Russia raises prospect of UN veto on Kosovo.

Russia has made clear it will veto any UN security council resolution that proposes Kosovo independence without Serb agreement, adding it would favour a confederation between Belgrade and Pristina instead to help soothe separatist tension in the Western Balkans and beyond.

"If it is a negotiated solution, Russia will not oppose it. But if it is an imposed solution, Russia will oppose it," Russia's EU ambassador Vladimir Chizhov told EUobserver on Thursday (8 February). "Russia may not be happy even with a negotiated solution because of its impact on other parts of the world."

"If a negotiated solution based on something different from independence is found then it makes Kosovo a positive precedent - it's hard to speculate, maybe a loose confederation, a union or whatever," he added. "But if there is an imposed solution based on independence, it will serve as a negative precedent."

The remarks come after UN envoy Martti Ahtisaari last week presented a draft blueprint for Kosovo's future that puts the UN-administered region on the road to statehood, with talks between Belgrade - which has condemned the plan - and Pristina to take place in Vienna on 21 February.

The Kosovo issue will ultimately be decided by a new UN security council resolution in the next few months, with Russia and China holding vetos at UN level and with the other veto powers, the US, the UK and France broadly in favour of giving Pristina the independence it craves.

Ravaged by ethnic conflict just eight years ago, Kosovo continues to see skirmishes between its ethnic Serb minority and ethnic Albanian majority in a situation that risks plunging Europe back into the darkest period in its recent history and causing ripples in disputed territories around the world.

"Whether you or I like it or not, Kosovo will serve as a precedent for others," Mr Chizhov said, outlining a "concentric circle" effect that could see future calls for independence by ethnic Albanian enclaves in Serbia's Presevo Valley, parts of Macedonia and Montenegro as well as by the Serb community in Bosnia.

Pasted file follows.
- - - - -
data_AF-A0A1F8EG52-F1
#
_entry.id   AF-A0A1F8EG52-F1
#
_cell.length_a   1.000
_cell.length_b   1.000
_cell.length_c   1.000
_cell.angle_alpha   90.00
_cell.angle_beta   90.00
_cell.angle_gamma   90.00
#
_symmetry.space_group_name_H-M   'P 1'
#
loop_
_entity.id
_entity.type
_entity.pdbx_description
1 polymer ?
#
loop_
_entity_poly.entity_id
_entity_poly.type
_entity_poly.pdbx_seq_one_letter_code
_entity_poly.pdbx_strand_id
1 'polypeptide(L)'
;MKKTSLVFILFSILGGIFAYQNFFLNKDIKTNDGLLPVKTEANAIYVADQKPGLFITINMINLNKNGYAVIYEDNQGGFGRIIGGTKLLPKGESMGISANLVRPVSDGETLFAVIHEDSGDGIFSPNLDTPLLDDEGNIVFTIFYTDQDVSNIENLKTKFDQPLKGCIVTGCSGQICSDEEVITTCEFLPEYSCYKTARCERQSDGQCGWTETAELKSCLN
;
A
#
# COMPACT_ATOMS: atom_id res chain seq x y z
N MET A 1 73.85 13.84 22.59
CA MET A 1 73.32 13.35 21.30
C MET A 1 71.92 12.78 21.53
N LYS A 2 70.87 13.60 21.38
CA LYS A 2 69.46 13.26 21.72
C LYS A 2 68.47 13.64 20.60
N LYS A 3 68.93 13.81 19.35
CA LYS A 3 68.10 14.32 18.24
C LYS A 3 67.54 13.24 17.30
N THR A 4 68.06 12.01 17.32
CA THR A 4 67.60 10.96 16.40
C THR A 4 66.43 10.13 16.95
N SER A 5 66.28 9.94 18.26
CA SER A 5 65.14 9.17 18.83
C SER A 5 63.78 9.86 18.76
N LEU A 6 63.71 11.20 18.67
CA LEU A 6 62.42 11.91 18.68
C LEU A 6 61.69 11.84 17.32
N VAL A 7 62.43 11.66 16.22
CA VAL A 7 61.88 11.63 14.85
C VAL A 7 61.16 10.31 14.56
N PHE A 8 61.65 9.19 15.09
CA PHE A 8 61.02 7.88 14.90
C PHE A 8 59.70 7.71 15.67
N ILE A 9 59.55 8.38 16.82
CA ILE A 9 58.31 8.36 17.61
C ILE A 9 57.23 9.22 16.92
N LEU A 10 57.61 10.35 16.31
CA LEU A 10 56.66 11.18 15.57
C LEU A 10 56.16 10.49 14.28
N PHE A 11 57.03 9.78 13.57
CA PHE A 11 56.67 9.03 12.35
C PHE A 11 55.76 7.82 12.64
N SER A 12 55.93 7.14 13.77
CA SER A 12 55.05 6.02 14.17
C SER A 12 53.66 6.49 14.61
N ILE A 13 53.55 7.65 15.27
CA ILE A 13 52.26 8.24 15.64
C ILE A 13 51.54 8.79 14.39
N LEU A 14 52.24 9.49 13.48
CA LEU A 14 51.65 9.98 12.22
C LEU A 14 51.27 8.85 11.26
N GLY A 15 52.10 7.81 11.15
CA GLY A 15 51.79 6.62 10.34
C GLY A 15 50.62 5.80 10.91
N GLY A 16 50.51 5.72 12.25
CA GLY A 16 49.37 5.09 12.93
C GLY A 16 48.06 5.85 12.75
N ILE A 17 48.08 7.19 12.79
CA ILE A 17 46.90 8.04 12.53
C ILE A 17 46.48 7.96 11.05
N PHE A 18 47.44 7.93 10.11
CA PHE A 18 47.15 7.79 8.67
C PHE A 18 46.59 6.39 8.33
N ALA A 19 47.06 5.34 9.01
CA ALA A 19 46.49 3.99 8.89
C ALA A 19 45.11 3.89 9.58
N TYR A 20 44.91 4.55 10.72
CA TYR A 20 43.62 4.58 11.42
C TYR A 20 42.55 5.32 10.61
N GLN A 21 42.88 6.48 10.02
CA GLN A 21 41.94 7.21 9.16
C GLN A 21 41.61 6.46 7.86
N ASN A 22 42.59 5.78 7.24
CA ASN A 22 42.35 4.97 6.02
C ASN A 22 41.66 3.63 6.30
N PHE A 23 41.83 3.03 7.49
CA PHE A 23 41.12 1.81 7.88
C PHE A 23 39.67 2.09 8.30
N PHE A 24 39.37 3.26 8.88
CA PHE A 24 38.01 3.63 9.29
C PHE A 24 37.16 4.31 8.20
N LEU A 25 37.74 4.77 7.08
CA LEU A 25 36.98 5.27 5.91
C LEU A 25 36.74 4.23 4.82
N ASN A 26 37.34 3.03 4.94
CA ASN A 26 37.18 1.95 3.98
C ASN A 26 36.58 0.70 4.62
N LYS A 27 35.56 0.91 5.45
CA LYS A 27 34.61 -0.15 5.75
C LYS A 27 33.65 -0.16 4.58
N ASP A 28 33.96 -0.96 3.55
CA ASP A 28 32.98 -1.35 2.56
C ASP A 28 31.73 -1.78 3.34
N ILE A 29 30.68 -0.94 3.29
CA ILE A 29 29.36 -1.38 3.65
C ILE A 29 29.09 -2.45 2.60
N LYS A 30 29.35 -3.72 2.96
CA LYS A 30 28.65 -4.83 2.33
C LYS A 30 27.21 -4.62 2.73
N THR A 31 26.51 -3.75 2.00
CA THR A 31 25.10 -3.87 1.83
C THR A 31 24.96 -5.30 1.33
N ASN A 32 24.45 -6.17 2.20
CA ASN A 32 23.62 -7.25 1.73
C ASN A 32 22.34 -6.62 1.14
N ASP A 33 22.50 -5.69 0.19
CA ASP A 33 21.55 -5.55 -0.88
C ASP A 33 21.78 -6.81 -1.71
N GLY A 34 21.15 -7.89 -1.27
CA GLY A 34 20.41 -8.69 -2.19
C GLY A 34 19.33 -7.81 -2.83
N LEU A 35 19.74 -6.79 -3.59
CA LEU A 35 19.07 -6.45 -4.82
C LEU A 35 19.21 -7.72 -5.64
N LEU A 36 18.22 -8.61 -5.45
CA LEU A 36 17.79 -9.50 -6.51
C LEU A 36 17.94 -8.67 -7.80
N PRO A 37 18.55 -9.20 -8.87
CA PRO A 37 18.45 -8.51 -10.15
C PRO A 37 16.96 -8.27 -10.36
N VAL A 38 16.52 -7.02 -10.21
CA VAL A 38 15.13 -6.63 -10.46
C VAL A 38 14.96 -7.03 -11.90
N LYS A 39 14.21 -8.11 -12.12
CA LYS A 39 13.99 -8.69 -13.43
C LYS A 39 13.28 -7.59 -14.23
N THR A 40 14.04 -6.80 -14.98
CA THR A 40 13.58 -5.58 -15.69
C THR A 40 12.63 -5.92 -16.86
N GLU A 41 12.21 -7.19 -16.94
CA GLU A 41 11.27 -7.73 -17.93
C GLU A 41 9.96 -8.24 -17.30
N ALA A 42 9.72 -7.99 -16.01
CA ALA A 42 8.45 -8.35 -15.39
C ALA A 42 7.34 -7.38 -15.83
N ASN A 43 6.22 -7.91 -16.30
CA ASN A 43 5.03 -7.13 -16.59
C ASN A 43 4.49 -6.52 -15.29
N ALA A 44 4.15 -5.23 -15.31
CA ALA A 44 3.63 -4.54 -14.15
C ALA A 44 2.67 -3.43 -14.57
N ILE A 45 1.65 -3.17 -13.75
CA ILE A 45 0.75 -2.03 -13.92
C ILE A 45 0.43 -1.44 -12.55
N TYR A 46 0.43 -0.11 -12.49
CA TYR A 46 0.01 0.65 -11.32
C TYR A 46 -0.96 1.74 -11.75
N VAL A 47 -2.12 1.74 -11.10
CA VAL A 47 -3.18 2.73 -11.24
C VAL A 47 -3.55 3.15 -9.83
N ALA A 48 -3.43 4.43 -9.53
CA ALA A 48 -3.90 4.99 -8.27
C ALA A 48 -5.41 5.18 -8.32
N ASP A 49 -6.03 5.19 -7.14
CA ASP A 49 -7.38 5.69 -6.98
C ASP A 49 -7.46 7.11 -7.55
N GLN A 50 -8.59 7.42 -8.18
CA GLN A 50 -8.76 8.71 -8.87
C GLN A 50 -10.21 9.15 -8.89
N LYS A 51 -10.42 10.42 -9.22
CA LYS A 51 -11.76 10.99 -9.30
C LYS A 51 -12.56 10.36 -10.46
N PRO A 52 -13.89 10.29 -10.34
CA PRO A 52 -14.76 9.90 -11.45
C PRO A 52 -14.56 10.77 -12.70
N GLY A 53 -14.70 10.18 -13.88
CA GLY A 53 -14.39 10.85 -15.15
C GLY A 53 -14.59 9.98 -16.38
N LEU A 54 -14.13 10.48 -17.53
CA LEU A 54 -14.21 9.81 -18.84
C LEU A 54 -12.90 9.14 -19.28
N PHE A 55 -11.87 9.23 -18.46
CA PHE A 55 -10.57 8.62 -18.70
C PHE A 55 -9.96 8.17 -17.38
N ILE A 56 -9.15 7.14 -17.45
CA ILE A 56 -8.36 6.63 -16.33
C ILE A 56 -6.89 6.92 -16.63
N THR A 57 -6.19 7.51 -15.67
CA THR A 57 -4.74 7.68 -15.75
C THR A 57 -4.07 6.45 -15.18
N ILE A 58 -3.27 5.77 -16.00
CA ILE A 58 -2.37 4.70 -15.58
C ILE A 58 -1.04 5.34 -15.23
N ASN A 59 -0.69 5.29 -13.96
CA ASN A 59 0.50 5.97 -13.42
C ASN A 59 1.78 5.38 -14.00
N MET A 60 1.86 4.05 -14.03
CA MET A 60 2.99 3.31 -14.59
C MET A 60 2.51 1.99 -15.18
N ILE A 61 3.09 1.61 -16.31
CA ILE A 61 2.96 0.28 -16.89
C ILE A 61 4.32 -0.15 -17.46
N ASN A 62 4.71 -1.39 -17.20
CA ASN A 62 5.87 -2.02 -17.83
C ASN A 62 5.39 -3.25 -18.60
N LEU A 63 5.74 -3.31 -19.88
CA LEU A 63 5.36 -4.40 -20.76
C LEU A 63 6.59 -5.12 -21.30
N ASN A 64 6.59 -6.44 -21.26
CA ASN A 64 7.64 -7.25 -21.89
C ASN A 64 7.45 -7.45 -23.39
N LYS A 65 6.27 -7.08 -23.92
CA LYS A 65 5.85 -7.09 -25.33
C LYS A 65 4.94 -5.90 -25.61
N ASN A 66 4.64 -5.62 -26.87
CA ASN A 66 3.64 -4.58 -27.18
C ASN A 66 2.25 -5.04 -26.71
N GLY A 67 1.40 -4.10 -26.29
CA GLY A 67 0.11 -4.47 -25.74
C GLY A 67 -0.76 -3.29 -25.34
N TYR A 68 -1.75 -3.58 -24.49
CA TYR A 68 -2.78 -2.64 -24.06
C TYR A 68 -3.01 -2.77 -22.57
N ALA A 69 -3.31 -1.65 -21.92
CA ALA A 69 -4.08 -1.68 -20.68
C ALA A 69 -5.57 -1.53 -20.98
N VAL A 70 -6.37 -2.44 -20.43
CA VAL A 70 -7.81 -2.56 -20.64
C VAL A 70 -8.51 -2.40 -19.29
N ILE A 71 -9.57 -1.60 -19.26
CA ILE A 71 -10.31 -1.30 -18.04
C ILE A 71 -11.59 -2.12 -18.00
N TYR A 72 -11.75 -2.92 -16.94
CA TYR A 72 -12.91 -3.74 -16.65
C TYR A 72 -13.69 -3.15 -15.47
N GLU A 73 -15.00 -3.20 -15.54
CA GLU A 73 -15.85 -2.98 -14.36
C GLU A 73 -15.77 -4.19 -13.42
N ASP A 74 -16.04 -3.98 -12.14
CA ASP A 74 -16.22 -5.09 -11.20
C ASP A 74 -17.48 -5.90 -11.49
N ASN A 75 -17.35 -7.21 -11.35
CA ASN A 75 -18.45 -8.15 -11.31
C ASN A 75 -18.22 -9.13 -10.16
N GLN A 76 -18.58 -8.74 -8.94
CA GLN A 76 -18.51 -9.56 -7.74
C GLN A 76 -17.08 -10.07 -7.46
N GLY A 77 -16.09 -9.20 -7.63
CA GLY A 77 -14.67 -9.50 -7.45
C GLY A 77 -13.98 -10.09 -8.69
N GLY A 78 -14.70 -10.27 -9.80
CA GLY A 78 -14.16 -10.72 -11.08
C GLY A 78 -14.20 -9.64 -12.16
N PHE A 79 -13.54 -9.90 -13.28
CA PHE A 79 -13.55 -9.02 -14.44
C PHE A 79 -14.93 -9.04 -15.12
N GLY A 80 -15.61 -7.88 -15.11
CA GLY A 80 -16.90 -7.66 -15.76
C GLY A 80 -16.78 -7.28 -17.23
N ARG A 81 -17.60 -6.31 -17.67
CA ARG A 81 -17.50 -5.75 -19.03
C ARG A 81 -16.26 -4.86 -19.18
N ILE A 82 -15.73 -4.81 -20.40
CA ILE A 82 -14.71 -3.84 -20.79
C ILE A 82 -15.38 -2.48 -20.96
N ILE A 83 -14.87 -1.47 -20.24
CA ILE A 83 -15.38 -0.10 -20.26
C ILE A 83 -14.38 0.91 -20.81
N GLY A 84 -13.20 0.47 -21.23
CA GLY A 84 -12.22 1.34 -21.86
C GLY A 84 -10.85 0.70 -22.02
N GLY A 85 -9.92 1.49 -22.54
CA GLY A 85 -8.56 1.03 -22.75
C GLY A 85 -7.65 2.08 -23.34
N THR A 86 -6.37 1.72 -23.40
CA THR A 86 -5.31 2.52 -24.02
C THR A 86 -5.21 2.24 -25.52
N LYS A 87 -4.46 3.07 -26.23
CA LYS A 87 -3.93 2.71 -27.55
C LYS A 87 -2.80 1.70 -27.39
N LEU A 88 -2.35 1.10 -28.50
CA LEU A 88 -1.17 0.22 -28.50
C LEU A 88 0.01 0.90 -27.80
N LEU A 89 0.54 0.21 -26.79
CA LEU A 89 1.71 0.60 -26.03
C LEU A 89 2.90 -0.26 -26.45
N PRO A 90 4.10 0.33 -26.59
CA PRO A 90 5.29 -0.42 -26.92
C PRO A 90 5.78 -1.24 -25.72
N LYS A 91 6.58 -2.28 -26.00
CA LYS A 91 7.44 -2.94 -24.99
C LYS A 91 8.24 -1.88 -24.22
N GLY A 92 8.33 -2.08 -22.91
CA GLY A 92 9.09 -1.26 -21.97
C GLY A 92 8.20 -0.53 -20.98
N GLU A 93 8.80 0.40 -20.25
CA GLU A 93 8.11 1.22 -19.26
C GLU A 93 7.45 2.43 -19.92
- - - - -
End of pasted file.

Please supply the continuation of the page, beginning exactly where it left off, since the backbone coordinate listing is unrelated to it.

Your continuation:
"Then if you look further afield, people in Transdniestria [Moldova], South Ossetia [Georgia], Abkhazia [Georgia], Nagorno-Karabakh [Azerbaijan], not to mention Northern Cyprus...would say they have more reasons to claim independence than Kosovo," the ambassador went on.

"What about Quebec? And if you look to the other side of the planet, what about Taiwan? This is a concern for another member of the permanent security council [China]," he said, adding there is "no sense of inevitability" about Kosovo's independence in Moscow today. "The Ahtisaari proposals...might change."

The Russian ambassador also criticised the EU and US' excessive focus on the sensitivities of Kosovo Albanians and the safety of international peacekeepers, suggesting the west is neglecting the rights of the Serb nationalist camp - associated in the EU with Slobodan Milosevic's bloody crackdown against ethnic Albanians in 1998.

"You cannot count on a solution that requires difficult choices for one side and easy choices for the other," Mr Chizhov said. "Everybody is afraid of the Kosovo Albanians going ballistic, but nobody is talking about what the Serbs might do."

"Let's face it: UN resolution 1244 [which currently governs Serbia-Kosovo relations] has been implemented only partially, only those parts that favour Kosovo Albanians," he explained, giving the example of a UN mandate for a contingent of 999 Serb soldiers to guard Serb holy sites in Kosovo "which never materialised."

EU seeks ways to placate Serbia

Meanwhile, EU foreign ministers meeting in Brussels on Monday will discuss the possibility of re-starting EU integration talks with Serbia despite Belgrade's non-compliance with the UN war crimes tribunal in the Hague, which has demanded the hand-over of fugitive general Ratko Mladic.

UN prosecutor Carla del Ponte last week urged the EU not to re-engage with Belgrade until Mladic is in the dock, in a line championed by the Netherlands at EU level. But an increasing number of EU states is swinging toward giving Serbia a sweetener to improve the chances of Mr Ahtisaari's plan.

"We won't necessarily follow her advice," a senior EU diplomat told EUobserver on Friday, before questioning Ms del Ponte's judgment, saying she is prone to "mood swings" and "maybe focusing on Mladic too much."

[Source: By Andrew Rettman, Euobserver, Brussels, 09Feb07]

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